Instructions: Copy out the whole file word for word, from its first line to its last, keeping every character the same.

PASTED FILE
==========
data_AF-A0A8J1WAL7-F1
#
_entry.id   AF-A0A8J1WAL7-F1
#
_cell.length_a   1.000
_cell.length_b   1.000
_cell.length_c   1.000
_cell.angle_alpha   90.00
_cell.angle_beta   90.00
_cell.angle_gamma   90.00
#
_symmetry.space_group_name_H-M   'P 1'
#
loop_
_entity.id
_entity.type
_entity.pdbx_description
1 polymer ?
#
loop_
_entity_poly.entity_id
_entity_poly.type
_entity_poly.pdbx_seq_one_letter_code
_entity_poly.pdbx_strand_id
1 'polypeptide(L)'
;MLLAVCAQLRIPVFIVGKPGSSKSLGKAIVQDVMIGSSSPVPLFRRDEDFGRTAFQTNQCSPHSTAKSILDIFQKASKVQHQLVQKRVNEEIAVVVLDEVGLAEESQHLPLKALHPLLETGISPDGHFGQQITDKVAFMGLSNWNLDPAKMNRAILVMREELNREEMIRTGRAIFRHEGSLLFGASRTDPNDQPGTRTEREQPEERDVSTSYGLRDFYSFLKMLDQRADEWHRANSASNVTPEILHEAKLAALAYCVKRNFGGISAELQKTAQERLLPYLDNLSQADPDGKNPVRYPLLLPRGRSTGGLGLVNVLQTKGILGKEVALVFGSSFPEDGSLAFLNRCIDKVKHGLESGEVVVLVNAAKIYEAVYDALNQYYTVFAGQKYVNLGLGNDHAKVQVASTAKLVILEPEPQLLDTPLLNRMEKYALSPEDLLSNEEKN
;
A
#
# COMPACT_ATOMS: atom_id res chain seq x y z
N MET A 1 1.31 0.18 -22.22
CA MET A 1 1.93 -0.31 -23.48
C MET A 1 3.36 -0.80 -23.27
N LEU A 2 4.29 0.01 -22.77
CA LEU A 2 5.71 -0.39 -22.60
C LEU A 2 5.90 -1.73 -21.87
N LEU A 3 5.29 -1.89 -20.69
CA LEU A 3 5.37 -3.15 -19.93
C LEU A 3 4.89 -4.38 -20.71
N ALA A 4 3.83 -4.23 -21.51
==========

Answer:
data_AF-A0A8J1WAL7-F1
#
_entry.id   AF-A0A8J1WAL7-F1
#
_cell.length_a   1.000
_cell.length_b   1.000
_cell.length_c   1.000
_cell.angle_alpha   90.00
_cell.angle_beta   90.00
_cell.angle_gamma   90.00
#
_symmetry.space_group_name_H-M   'P 1'
#
loop_
_entity.id
_entity.type
_entity.pdbx_description
1 polymer ?
#
loop_
_entity_poly.entity_id
_entity_poly.type
_entity_poly.pdbx_seq_one_letter_code
_entity_poly.pdbx_strand_id
1 'polypeptide(L)'
;MLLAVCAQLRIPVFIVGKPGSSKSLGKAIVQDVMIGSSSPVPLFRRDEDFGRTAFQTNQCSPHSTAKSILDIFQKASKVQHQLVQKRVNEEIAVVVLDEVGLAEESQHLPLKALHPLLETGISPDGHFGQQITDKVAFMGLSNWNLDPAKMNRAILVMREELNREEMIRTGRAIFRHEGSLLFGASRTDPNDQPGTRTEREQPEERDVSTSYGLRDFYSFLKMLDQRADEWHRANSASNVTPEILHEAKLAALAYCVKRNFGGISAELQKTAQERLLPYLDNLSQADPDGKNPVRYPLLLPRGRSTGGLGLVNVLQTKGILGKEVALVFGSSFPEDGSLAFLNRCIDKVKHGLESGEVVVLVNAAKIYEAVYDALNQYYTVFAGQKYVNLGLGNDHAKVQVASTAKLVILEPEPQLLDTPLLNRMEKYALSPEDLLSNEEKN
;
A
#
# COMPACT_ATOMS: atom_id res chain seq x y z
N MET A 1 1.31 0.18 -22.22
CA MET A 1 1.93 -0.31 -23.48
C MET A 1 3.36 -0.80 -23.27
N LEU A 2 4.29 0.01 -22.77
CA LEU A 2 5.71 -0.39 -22.60
C LEU A 2 5.90 -1.73 -21.87
N LEU A 3 5.29 -1.89 -20.69
CA LEU A 3 5.37 -3.15 -19.93
C LEU A 3 4.89 -4.38 -20.71
N ALA A 4 3.83 -4.23 -21.51